Response: Ostrobrahma Gate (Vilnius, Lithuania) – Ostroba Brama is a must-see in Vilnius. A holy place with a wonderful atmosphere. The symbol of the Lithuanian capital.
I am pleased to welcome you all on my webpage! One of the highlights of my visit to the capital of Lithuania was the gate of the old city of Vilnius, the so-called Ostrea Brama (also known as the Ostrea Gates, Aušros Gates or Zari Gates).
Once upon a time, this was the eastern gate for entering the city, which gradually expanded and grew. Nowadays, the area of Vilnius has grown so much in size that this landmark is now located practically in the center of the city.
On our visit to the Lithuanian capital, we settled near this gate and so we always passed through it to walk through the city center and its historic part.
This is what the southern facade of the Ostre Gates looks like:
The upper part of the facade is decorated with beautiful bas-reliefs, and in its middle part the image of the Savior, which is in a small recess, attracts attention. There are also five round holes – embrasures for firing, which remind visitors that this building is part of the fortress.
It is clear to me, though far from an exact understanding of architecture, that the lower part of the gate was built in the Gothic style in the Middle Ages, and the upper part was completed later in the Renaissance style.
Most of the restored buildings in the Lithuanian capital have small windows showing the historic masonry. There are such windows on the southern facade of Ostroja Brama as well.
In general, this oldest structure stood here as early as the beginning of the sixteenth century. The photo shows the remains of the fortress wall, which in ancient times used to surround the city, protecting it from external enemies.
This wall once had nine gates, but only one of them – Ostrobramskie.
To the right of Ostroj Brahma at the fortress wall there are numerous vendors selling souvenirs.
I could not resist a small purchase and bought this unusual magnet with the image of another city sight – a very beautiful Church of St. Anne, as a memento of Vilnius:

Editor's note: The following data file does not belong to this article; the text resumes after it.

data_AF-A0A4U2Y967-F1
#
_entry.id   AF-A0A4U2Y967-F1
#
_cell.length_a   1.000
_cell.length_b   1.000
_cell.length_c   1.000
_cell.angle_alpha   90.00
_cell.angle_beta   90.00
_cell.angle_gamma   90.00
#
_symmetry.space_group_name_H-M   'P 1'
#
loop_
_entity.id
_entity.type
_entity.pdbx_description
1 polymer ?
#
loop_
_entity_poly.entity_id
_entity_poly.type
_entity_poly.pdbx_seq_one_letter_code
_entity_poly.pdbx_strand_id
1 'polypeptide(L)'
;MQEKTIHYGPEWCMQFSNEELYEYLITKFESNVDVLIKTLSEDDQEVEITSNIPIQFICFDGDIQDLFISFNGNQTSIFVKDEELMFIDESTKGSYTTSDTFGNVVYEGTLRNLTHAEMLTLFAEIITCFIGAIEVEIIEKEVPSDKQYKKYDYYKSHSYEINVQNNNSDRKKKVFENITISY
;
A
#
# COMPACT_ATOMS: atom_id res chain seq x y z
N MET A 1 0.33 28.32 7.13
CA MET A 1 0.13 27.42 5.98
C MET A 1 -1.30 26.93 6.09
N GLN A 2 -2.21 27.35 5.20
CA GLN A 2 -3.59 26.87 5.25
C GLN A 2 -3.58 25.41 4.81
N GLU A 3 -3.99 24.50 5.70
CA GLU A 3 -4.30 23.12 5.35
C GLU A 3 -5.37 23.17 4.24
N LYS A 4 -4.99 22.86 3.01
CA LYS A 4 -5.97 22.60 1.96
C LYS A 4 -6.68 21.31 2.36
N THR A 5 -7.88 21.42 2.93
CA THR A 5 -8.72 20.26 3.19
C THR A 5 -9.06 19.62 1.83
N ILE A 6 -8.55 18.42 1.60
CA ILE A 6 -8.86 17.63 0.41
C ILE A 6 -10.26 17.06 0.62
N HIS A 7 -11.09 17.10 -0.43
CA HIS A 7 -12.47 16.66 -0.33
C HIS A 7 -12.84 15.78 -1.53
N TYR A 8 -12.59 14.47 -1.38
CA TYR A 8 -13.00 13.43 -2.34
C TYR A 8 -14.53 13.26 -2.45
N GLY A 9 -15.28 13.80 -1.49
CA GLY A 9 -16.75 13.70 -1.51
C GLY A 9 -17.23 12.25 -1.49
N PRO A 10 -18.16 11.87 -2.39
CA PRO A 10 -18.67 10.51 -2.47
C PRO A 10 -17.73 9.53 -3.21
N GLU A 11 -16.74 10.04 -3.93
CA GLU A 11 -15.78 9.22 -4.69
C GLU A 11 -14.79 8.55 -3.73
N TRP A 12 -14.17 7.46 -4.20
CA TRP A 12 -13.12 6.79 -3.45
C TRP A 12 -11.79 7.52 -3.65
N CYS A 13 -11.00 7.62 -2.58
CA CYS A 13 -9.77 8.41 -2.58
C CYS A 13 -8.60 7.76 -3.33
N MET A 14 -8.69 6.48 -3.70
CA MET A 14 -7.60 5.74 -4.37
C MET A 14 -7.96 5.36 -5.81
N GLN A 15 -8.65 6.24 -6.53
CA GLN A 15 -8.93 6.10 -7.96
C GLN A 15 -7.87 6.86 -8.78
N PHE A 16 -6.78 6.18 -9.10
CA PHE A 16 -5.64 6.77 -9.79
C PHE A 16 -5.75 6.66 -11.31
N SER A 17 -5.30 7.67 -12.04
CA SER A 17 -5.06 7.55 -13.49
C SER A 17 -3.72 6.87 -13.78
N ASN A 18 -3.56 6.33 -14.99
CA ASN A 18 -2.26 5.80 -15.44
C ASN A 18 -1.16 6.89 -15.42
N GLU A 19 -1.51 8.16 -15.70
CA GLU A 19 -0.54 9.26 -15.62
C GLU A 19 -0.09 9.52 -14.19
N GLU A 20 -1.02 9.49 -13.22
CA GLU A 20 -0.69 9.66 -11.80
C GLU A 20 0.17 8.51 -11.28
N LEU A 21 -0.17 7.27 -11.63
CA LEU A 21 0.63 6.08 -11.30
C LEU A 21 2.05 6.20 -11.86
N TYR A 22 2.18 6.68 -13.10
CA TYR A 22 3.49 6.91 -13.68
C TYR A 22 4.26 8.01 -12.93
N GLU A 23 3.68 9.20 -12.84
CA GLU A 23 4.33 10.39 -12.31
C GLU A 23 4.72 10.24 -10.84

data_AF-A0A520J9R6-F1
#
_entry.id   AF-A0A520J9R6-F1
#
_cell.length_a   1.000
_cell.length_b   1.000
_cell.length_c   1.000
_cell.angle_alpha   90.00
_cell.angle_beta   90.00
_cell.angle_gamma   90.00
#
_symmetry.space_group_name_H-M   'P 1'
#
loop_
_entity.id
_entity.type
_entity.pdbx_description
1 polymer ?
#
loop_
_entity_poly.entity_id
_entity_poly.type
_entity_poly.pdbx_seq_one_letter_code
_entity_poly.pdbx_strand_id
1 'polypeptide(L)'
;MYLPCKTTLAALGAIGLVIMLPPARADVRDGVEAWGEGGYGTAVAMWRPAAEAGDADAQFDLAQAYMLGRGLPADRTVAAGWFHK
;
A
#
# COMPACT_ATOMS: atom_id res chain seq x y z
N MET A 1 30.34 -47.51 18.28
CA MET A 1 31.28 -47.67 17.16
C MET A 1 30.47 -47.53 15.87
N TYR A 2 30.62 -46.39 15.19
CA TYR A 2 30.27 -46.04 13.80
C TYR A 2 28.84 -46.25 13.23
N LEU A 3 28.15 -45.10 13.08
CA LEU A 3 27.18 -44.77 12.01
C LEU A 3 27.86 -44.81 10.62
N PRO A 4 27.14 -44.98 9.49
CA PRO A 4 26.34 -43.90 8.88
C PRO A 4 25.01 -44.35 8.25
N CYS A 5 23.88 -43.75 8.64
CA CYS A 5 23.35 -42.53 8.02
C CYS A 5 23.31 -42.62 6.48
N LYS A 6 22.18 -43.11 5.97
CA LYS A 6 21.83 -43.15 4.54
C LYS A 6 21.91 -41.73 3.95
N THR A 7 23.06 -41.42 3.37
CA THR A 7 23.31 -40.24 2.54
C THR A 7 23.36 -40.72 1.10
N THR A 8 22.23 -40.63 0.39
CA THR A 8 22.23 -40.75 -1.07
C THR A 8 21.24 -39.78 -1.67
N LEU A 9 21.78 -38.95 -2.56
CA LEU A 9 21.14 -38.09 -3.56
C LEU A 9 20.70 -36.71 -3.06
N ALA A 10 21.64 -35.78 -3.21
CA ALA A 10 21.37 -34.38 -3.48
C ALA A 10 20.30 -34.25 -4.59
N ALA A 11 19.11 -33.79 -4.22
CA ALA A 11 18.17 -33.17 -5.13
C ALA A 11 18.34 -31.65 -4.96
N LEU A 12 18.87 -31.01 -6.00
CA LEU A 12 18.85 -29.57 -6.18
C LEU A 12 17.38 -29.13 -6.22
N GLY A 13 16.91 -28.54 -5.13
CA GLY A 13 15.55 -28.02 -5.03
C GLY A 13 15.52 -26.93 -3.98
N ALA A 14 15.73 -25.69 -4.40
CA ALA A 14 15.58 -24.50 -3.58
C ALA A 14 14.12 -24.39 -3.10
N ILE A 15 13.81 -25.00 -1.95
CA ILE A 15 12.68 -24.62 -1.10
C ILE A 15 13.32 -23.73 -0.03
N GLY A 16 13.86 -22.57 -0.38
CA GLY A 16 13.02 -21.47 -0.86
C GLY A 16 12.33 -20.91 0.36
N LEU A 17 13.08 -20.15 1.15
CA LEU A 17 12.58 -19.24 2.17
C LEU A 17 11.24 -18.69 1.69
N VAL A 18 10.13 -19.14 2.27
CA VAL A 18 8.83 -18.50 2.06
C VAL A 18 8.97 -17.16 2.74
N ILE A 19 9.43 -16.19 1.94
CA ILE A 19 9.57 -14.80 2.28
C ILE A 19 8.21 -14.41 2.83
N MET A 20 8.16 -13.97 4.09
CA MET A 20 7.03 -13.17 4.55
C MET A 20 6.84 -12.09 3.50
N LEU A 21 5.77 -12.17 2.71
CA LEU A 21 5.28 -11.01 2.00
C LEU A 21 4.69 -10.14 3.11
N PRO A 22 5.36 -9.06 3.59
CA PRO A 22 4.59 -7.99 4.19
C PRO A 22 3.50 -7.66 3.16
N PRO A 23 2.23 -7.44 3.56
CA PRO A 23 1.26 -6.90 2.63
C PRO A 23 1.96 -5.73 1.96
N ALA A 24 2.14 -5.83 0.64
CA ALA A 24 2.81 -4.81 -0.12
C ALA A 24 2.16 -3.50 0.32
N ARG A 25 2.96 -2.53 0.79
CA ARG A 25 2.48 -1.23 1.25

Well, on the left side of Ostroj Brahma the fortress wall was destroyed long ago and now it is very strange to see a low three-storey apartment building with balconies adjoining directly to the old gate.
Frankly, it has a rather shabby appearance:
A little further away from it was a depressing sight in general: just next to this house we saw a crumbling abandoned residential building, which used to be very beautiful, but has long been severely dilapidated.
Frankly speaking, such a ruin in a famous historical place of the capital, where there are a lot of tourists, made an unpleasant impression on me. I did not take a picture of the carcass of this building and I very much hope that the house has been restored by now.
Walking through Ostrya Brama into the old town and looking back, one cannot help but be struck by the marvelous gold-decorated icon in the window of the chapel above the gate, which is clearly visible from the street.
It is a highly revered icon of the miraculous Ostrobrahma Mother of God, considered the patron saint of childless couples, which is highly revered by both Orthodox and Catholics.
The top photo was taken early in the morning, which explains the small number of people nearby. During the day this place is usually full of people.
In addition to people passing through the gate, numerous tourists crowd here in groups to take pictures, and religious pilgrims also come here on purpose. Several times I saw people praying outside in front of the chapel.
The Latin inscription on the gate chapel is clearly visible, which translates as “Mother of mercy to your protection”:
After entering through an inconspicuous door nearby, we entered the chapel through the gallery and found ourselves in front of the shrine.
We didn’t take any pictures inside the chapel, because we saw the sign that says no photography is allowed.
The icon of Our Lady is depicted without a child, an image rarely seen.
What is worth remembering is that the icon of Our Lady of Ostrobram has a very rich, intricate gold outfit, which is striking in its beauty and elegance. And the walls next to it are hung with numerous silver and gold gifts from the faithful praying for healing.
The gate chapel of Acute Brahma is connected by a roofed gallery to the nearby Catholic Church of St. Therese, whose imposing façade seems to point skyward as seen in the middle of the next photograph.
And Acute Brahma is in the far right corner of this photo:
Here’s how these landmarks look late at night:
St. Theresa’s Church rises in the middle of the top photo, and you can see the lights at Acute Brahma in the distance behind it.
Returning to our hotel at night, we approached the Sharp Gate again.
In the darkness, under the light of a street lamp and two small lamps, even through the thick closed glass, the icon of Our Lady of Ostrobrahma radiated an unusual and mysterious glow.
Putting the camera on zoom mode, I captured her luminous image like this:
Ostraya Brama with the gate chapel and the icon of Our Lady of Ostrobrahma made an indelible impression on me. I think that this place is rightly considered a symbol of Vilnius.
I consider a visit to Ostroi Brama a must for anyone visiting the city. It’s just a must-see in Vilnius. And for religious people, this place is sacred. In my opinion, the first acquaintance with Vilnius is better and more convenient to start from here (that’s what we did ourselves).
Our trip to Vilnius was the final stage of a trip to Austria, Poland and Lithuania, about which I will write in my other reviews sometime.